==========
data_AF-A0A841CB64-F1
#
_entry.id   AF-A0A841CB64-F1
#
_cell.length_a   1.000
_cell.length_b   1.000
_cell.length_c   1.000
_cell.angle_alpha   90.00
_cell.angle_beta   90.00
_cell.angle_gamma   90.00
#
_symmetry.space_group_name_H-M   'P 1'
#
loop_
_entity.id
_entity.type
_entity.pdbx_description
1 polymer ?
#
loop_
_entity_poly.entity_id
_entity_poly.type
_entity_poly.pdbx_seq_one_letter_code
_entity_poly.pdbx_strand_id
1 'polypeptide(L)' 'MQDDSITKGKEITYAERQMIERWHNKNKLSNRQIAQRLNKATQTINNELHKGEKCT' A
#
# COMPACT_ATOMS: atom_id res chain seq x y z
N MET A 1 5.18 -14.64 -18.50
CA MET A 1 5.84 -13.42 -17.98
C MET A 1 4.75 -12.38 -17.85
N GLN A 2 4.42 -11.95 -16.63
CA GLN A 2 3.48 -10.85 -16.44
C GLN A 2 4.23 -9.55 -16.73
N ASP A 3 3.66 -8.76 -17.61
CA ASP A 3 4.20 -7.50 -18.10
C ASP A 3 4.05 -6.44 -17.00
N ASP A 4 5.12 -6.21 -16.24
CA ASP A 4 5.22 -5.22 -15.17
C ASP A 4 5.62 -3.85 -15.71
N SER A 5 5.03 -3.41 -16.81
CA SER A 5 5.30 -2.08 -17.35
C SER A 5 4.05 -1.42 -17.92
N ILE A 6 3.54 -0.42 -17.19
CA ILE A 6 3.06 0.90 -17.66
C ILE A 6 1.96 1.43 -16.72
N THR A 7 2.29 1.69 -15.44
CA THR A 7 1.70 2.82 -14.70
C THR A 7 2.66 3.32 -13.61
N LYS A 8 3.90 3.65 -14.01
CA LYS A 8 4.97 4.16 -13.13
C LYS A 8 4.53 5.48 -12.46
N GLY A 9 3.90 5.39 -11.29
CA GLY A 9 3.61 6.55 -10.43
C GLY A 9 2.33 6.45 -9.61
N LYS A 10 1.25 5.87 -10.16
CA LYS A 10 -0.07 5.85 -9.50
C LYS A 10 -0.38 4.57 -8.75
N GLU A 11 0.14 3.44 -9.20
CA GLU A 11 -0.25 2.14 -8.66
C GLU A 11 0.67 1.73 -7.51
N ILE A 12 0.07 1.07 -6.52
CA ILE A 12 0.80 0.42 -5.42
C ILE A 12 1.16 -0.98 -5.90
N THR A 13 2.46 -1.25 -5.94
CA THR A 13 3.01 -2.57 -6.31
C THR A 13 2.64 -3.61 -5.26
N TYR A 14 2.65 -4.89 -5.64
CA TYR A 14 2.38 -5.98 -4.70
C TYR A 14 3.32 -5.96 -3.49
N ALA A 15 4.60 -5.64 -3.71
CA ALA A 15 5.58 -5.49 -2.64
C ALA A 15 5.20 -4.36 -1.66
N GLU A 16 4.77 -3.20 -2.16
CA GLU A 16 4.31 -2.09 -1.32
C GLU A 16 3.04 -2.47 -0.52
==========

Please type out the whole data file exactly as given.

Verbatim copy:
data_AF-A0A841CB64-F1
#
_entry.id   AF-A0A841CB64-F1
#
_cell.length_a   1.000
_cell.length_b   1.000
_cell.length_c   1.000
_cell.angle_alpha   90.00
_cell.angle_beta   90.00
_cell.angle_gamma   90.00
#
_symmetry.space_group_name_H-M   'P 1'
#
loop_
_entity.id
_entity.type
_entity.pdbx_description
1 polymer ?
#
loop_
_entity_poly.entity_id
_entity_poly.type
_entity_poly.pdbx_seq_one_letter_code
_entity_poly.pdbx_strand_id
1 'polypeptide(L)' 'MQDDSITKGKEITYAERQMIERWHNKNKLSNRQIAQRLNKATQTINNELHKGEKCT' A
#
# COMPACT_ATOMS: atom_id res chain seq x y z
N MET A 1 5.18 -14.64 -18.50
CA MET A 1 5.84 -13.42 -17.98
C MET A 1 4.75 -12.38 -17.85
N GLN A 2 4.42 -11.95 -16.63
CA GLN A 2 3.48 -10.85 -16.44
C GLN A 2 4.23 -9.55 -16.73
N ASP A 3 3.66 -8.76 -17.61
CA ASP A 3 4.20 -7.50 -18.10
C ASP A 3 4.05 -6.44 -17.00
N ASP A 4 5.12 -6.21 -16.24
CA ASP A 4 5.22 -5.22 -15.17
C ASP A 4 5.62 -3.85 -15.71
N SER A 5 5.03 -3.41 -16.81
CA SER A 5 5.30 -2.08 -17.35
C SER A 5 4.05 -1.42 -17.92
N ILE A 6 3.54 -0.42 -17.19
CA ILE A 6 3.06 0.90 -17.66
C ILE A 6 1.96 1.43 -16.72
N THR A 7 2.29 1.69 -15.44
CA THR A 7 1.70 2.82 -14.70
C THR A 7 2.66 3.32 -13.61
N LYS A 8 3.90 3.65 -14.01
CA LYS A 8 4.97 4.16 -13.13
C LYS A 8 4.53 5.48 -12.46
N GLY A 9 3.90 5.39 -11.29
CA GLY A 9 3.61 6.55 -10.43
C GLY A 9 2.33 6.45 -9.61
N LYS A 10 1.25 5.87 -10.16
CA LYS A 10 -0.07 5.85 -9.50
C LYS A 10 -0.38 4.57 -8.75
N GLU A 11 0.14 3.44 -9.20
CA GLU A 11 -0.25 2.14 -8.66
C GLU A 11 0.67 1.73 -7.51
N ILE A 12 0.07 1.07 -6.52
CA ILE A 12 0.80 0.42 -5.42
C ILE A 12 1.16 -0.98 -5.90
N THR A 13 2.46 -1.25 -5.94
CA THR A 13 3.01 -2.57 -6.31
C THR A 13 2.64 -3.61 -5.26
N TYR A 14 2.65 -4.89 -5.64
CA TYR A 14 2.38 -5.98 -4.70
C TYR A 14 3.32 -5.96 -3.49
N ALA A 15 4.60 -5.64 -3.71
CA ALA A 15 5.58 -5.49 -2.64
C ALA A 15 5.20 -4.36 -1.66
N GLU A 16 4.77 -3.20 -2.16
CA GLU A 16 4.31 -2.09 -1.32
C GLU A 16 3.04 -2.47 -0.52